OK, on my “post per day” quest, sometimes we need to cover in depth topics and sometimes the more basic. Today is one of the latter, but get the robots.txt file wrong and you will omit your pages from all (decent) search engines.
Well, robots.txt is a file that (should, in most cases) sit in the root directory of your web server and it is a file that all the major search engine robots access before they start doing their collection work on your site. The best way of thinking about this file is that it is like leaving a note for someone with directions. The main difference is that the note (mainly) contains instructions for the things that you do NOT want that person to do.
A basic robots.txt file (which you can create in any text editor or there are also some automated programmes like this. Also, Google has a basic editor in its Webmaster Tools programme) looks like this:
The user agent part is where you can specify which robots you want to give instructions to; the ‘*’ indicated “all spiders”. Alternatively, you can input ‘google’ here or whatever if you only want that robot to have that particular instruction. The disallow part is (as you would expect) the parts of your webserver that you would rather the robots not visit. This could be for privacy reasons (suck eggs time – although, you need to pretty much not upload things in unprotected areas of your web server that you don’t want people to access) or because you want the spider (who is short on time and patience) to not bother with the unimportant parts of your site and get quickly into the important stuff.
The main thing to remember about disallowing is NOT to do this:
This will tell the robot not to index anything on your site (unless this is what you want to happen).
Will the pages/sections I disallow stop them getting indexed by Google, etc? Err, no, actually. If someone on the web links to pages that you would rather not be indexed then the spiders will still follow those links and index the pages. If there are pages you truly don’t want indexed then you need to use “noindex” in your Meta tag for that page, something like this:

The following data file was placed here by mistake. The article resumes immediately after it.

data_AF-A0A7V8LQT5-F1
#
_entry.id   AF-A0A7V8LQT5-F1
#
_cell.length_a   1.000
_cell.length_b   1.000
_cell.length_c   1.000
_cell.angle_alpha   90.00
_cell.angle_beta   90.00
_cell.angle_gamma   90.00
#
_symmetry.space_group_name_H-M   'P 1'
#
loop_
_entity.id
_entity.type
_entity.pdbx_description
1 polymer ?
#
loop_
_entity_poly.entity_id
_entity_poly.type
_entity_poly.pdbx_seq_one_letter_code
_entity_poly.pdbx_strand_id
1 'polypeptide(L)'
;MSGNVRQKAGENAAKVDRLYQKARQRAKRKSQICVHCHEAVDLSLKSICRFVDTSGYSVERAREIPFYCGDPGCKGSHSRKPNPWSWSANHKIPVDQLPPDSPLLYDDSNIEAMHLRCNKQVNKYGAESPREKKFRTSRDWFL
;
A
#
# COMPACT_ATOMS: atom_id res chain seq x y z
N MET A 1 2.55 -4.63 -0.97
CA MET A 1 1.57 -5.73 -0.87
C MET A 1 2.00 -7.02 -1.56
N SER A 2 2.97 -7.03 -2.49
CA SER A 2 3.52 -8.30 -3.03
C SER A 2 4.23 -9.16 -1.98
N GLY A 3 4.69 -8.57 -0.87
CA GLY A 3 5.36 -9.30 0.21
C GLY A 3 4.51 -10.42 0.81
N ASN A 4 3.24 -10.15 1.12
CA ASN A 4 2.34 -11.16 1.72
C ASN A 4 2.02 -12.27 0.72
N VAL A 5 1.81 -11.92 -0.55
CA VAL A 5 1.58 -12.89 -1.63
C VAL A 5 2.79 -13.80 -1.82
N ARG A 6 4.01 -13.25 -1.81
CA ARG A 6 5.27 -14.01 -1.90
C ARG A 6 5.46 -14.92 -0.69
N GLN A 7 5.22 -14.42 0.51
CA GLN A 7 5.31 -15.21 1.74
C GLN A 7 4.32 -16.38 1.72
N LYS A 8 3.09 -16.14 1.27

meta name=”ROBOTS” content=”NOINDEX,FOLLOW”
This means that you don’t really want the search engine to index the page, but you are quite happy for it to follow links on the page (more of this in another post).
A good element is that you can tell the robot where your XML sitemap (again, more in another post) is, by using this:
Another handy thing is that because you know that all good robots access the file first before they visit your site, if you look at the log files and see how many times the robots.txt file has been accessed you can get an idea, over time, of how frequently those little robots are accessing your stuff.
If you are still worried or unsure about all of this, Google have a nice little checker in their Webmaster Tools programme. You can see if the file is in the right place and also see if you have made some (big and small) errors.
Robot.txt won’t make or break your SEM efforts, but get it right and it will help. Get it wrong and prepare to have to sit around until the search engines re-index your site… not nice.